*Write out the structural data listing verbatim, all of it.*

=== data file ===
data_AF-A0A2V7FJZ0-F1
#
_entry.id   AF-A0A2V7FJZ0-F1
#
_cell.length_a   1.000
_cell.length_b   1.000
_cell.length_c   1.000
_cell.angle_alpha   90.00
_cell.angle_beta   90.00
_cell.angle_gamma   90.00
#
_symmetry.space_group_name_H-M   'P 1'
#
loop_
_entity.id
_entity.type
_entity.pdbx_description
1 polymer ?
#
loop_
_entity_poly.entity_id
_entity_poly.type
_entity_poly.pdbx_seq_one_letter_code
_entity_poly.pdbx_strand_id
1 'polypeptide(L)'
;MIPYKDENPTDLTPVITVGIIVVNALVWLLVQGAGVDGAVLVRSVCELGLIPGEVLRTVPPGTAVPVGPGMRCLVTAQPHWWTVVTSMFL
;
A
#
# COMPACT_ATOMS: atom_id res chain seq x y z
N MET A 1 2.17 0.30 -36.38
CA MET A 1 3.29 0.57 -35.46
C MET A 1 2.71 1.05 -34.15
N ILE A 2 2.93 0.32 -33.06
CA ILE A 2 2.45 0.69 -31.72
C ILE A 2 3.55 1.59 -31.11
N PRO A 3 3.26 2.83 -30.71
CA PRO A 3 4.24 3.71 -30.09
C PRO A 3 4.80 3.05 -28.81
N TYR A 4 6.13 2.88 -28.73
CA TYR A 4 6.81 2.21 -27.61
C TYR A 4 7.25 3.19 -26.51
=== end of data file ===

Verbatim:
data_AF-A0A2V7FJZ0-F1
#
_entry.id   AF-A0A2V7FJZ0-F1
#
_cell.length_a   1.000
_cell.length_b   1.000
_cell.length_c   1.000
_cell.angle_alpha   90.00
_cell.angle_beta   90.00
_cell.angle_gamma   90.00
#
_symmetry.space_group_name_H-M   'P 1'
#
loop_
_entity.id
_entity.type
_entity.pdbx_description
1 polymer ?
#
loop_
_entity_poly.entity_id
_entity_poly.type
_entity_poly.pdbx_seq_one_letter_code
_entity_poly.pdbx_strand_id
1 'polypeptide(L)'
;MIPYKDENPTDLTPVITVGIIVVNALVWLLVQGAGVDGAVLVRSVCELGLIPGEVLRTVPPGTAVPVGPGMRCLVTAQPHWWTVVTSMFL
;
A
#
# COMPACT_ATOMS: atom_id res chain seq x y z
N MET A 1 2.17 0.30 -36.38
CA MET A 1 3.29 0.57 -35.46
C MET A 1 2.71 1.05 -34.15
N ILE A 2 2.93 0.32 -33.06
CA ILE A 2 2.45 0.69 -31.72
C ILE A 2 3.55 1.59 -31.11
N PRO A 3 3.26 2.83 -30.71
CA PRO A 3 4.24 3.71 -30.09
C PRO A 3 4.80 3.05 -28.81
N TYR A 4 6.13 2.88 -28.73
CA TYR A 4 6.81 2.21 -27.61
C TYR A 4 7.25 3.19 -26.51